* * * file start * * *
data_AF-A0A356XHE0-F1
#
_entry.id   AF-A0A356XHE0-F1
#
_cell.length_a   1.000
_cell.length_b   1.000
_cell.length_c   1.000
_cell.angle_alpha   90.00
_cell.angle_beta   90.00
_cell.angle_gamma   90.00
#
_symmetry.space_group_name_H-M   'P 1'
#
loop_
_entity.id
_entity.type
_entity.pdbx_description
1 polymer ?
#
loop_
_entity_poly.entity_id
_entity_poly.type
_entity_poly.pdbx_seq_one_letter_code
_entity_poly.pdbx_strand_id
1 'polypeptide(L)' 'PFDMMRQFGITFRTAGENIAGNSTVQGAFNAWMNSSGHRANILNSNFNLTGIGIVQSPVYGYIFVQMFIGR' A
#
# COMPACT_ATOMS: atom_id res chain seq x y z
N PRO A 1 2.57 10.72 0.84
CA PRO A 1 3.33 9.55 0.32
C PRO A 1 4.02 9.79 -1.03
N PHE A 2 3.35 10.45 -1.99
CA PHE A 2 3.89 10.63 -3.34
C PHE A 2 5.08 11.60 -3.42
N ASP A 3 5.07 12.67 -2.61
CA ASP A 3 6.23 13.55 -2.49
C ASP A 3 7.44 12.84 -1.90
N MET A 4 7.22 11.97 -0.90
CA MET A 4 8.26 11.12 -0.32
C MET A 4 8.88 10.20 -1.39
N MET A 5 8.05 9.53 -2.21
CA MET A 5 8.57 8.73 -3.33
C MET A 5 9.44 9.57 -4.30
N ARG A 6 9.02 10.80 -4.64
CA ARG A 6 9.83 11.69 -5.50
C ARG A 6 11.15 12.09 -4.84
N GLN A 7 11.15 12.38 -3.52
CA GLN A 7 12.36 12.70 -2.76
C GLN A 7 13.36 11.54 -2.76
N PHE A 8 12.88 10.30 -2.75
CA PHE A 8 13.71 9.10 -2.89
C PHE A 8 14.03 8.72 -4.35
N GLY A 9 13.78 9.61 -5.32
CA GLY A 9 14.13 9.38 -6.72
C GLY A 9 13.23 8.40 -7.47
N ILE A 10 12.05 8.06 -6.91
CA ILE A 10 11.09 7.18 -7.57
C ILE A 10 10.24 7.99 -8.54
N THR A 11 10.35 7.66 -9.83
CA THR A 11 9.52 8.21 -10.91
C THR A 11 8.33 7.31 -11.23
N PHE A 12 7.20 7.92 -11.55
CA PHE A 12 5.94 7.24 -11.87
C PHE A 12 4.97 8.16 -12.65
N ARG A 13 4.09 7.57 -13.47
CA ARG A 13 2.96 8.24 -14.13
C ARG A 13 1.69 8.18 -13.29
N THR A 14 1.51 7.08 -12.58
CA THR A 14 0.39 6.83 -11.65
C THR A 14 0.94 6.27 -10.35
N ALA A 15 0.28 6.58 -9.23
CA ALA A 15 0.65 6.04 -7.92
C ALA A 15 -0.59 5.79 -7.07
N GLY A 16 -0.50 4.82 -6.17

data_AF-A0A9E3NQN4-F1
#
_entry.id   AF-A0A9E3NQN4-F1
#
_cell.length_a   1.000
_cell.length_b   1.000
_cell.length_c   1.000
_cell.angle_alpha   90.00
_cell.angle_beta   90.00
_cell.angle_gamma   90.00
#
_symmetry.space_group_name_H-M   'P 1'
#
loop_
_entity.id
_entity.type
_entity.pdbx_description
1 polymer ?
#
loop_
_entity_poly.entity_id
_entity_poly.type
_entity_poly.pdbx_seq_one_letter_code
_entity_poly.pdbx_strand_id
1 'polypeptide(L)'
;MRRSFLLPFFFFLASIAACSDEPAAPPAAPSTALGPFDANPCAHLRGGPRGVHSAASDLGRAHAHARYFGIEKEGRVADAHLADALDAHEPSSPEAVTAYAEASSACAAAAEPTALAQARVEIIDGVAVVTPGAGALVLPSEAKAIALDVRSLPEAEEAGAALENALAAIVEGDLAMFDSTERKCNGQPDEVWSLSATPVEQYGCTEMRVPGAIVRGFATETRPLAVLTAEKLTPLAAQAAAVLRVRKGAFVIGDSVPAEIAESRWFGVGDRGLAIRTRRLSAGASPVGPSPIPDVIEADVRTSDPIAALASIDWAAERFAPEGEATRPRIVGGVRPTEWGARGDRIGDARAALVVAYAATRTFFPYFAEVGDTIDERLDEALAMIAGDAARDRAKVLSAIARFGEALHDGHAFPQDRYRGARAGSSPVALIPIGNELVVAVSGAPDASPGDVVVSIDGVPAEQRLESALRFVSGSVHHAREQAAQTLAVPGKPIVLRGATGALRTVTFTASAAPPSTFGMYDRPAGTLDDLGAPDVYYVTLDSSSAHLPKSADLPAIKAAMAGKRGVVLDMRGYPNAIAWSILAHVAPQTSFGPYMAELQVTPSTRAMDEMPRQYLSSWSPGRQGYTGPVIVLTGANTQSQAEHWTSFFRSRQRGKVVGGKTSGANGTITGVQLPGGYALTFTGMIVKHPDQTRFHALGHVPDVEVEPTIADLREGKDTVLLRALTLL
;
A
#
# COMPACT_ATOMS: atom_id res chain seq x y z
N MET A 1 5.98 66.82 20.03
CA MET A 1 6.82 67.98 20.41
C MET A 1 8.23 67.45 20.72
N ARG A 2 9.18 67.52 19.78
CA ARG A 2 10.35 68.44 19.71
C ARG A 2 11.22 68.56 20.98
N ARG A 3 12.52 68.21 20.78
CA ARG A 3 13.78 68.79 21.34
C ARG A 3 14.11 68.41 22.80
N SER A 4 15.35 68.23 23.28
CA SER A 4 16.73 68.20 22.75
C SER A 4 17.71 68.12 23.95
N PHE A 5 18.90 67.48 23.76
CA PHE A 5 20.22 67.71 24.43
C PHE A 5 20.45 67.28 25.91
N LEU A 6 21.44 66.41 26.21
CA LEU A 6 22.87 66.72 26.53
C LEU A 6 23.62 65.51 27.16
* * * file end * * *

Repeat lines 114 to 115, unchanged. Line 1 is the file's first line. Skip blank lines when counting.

CA SER A 4 16.73 68.20 22.75
C SER A 4 17.71 68.12 23.95